Right End — Clubber Lang (played by Mr. T in Rocky III).  Clubber may have been a boxer but if Tim Tebow can play baseball after football, Clubber can follow his stint as heavyweight champion with a defensive position on the greatest football team ever.

Defensive Tackle — Samson (played by Richard Kiel in The Longest Yard).  Samson was a linebacker in the movie but I’m moving him to defensive tackle.  It doesn’t matter what position he plays.  No one is going to mess with Richard Kiel.

Defensive Tackle — “Terrible” Terry Tate (played by Lester Speight in several Reebok commercials).  Hey, the office linebacker had some moves on him!

LOLB — Charles Jefferson (played by Forrest Whitaker in Fast Times At Ridgemont High).  A great defensive player already, just check out what Charles Jefferson is capable of if he thinks someone has messed with his new car.

MLB —General Zod (played by Terrence Stamp in Superman II).  Every defensive unit needs a ruthless strategist who will do what it takes to destroy the other team.  Everyone on that field will bow before Zod.

ROLB — Ogre (played by Donald Gibb in Revenge of the Nerds).  His real name may have been Frederick Palowaski but he’ll always be Ogre to me.

Cornerback — Vontae Mack (played by Chadwick Boseman in Draft Day).  For some reason, Vontae was happy to be drafted by the Cleveland Browns in Draft Day.  After playing for a season, he hopefully saw the error of his ways and demanded to be traded to the greatest football team ever!

Cornerback — Johnny Lawrence (played by William Zabka in The Karate Kid).  Let’s see if Johnny can bring the same skill to the football field that he previously brought to cheating in the All Valley Tournament.

Free Safety — Non (played by Jack O’Hallaron in Superman II).  Non might not be able to speak but as long as General Zod’s playing linebacker, Non will know what to do.

Short Safety — Benny O’Donnell (played by Cole Hauser in Dazed and Confused).  No one’s going to get away with not signing their pledge as long as Benny is on the team.

Punter — Gus (played by several uncredited donkeys in Gus) — That donkey can really kick!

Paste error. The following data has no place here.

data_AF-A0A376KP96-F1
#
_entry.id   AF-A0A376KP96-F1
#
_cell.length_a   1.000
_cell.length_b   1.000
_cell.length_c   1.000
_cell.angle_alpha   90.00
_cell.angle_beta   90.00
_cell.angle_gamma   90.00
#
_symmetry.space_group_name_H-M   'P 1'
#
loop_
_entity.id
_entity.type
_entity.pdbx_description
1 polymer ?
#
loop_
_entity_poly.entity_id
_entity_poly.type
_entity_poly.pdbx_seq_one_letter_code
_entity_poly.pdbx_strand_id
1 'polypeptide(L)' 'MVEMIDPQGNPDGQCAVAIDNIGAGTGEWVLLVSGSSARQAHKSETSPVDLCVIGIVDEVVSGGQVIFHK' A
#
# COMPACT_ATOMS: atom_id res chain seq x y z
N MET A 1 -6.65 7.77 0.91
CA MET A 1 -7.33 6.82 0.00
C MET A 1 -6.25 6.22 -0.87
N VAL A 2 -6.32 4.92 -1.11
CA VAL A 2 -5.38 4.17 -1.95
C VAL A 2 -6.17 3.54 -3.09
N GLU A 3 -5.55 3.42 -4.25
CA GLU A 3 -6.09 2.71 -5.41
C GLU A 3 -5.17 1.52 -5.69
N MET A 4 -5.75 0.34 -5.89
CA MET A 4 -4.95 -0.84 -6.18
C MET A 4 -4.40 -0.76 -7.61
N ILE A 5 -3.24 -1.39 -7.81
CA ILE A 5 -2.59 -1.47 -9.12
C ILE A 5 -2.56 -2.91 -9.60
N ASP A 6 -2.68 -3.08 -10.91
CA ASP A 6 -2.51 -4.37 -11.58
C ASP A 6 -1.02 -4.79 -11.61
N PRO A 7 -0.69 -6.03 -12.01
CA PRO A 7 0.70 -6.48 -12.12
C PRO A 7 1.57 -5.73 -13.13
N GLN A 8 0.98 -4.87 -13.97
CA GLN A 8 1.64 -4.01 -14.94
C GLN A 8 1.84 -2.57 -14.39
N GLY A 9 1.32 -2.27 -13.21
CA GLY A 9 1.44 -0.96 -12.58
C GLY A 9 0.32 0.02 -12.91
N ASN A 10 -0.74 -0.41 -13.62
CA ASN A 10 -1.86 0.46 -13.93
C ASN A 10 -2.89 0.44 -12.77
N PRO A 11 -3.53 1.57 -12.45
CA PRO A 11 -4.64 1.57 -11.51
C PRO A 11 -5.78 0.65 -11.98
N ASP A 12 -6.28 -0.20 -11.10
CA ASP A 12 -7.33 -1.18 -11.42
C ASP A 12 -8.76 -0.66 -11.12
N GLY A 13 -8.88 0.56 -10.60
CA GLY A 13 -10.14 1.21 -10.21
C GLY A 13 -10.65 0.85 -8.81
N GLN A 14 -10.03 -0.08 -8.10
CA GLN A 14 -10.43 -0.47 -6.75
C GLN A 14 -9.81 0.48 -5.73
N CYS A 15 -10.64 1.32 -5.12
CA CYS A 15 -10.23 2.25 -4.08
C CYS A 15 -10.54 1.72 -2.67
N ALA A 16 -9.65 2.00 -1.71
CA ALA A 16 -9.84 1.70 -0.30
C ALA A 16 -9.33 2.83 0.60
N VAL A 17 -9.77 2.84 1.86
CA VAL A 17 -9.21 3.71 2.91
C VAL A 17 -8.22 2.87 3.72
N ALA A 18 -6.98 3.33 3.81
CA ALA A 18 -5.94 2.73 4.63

Kicker — Lucy Draper (played by Kathy Ireland in Necessary Roughness).  Did you see that field goal she kicked in the South Texas/Kansas game?  Three points can be the difference between a victory and a loss.

Kick Returner — The Freshman (played by Harold Lloyd in The Freshman).  He may not have a name or much ability but he’s got enough heart and gumption to lead a team to victory!

Waterboy — Robert “Bobby” Boucher, Jr (played by Adam Sandler in The Waterboy).  Someone’s got to keep the team hydrated!

Now, hit the field and make us proud!

As for the Super Bowl, I’m predicting the Patriots will win, 28-3.

Music Video of the Day: Thank You Hater! by Clever Pie and Isabel Fay (2012, dir by Chris Lincé)

It’s been nearly six years since this song and video first came out and it’s just as true as ever!

I’ve been writing for this site for a while now and, of course, I’m fairly active on twitter.  I’ve had to deal with my share of haters and trolls.  It just goes with the territory.  For a while there, I used to let trolls get under my skin.  I would snap back and tell them to fuck off and insult their parents and wish death upon them.  If you go back far enough, you’ll find a few of the less-than-polite responses that I used to leave people.

However, over the past year or so, I’ve gotten to the point where I no longer worry about the haters.  Some of it is because I’m more mature now than when I first started writing for this site.  Some of it is because I’ve finally dealt with a lot of the anger that I used to carry with me and, for whatever reason, my outlook is now a lot more positive in general.  A lot of it is just experience.  Quite frankly, I’ve seen a lot of people come and go, enough to know that most trolls only have a two-year shelf life before they give up and move on to something else.  As well, after you deal with enough trolls, you come to realize that 1) they’re pathetic human beings and 2) they’re going to attack no matter how you respond so it’s pointless to give them the satisfaction.  For the most part, people who attack others online are very unhappy people.  Once you realize that anytime a troll says, “LOL,” they’re actually saying, “God, I wish I was dead,” they become a lot easier to ignore.

Anyway, enjoy!

Your Guide To Surviving The “Rise Of The Animals”

Trash Film Guru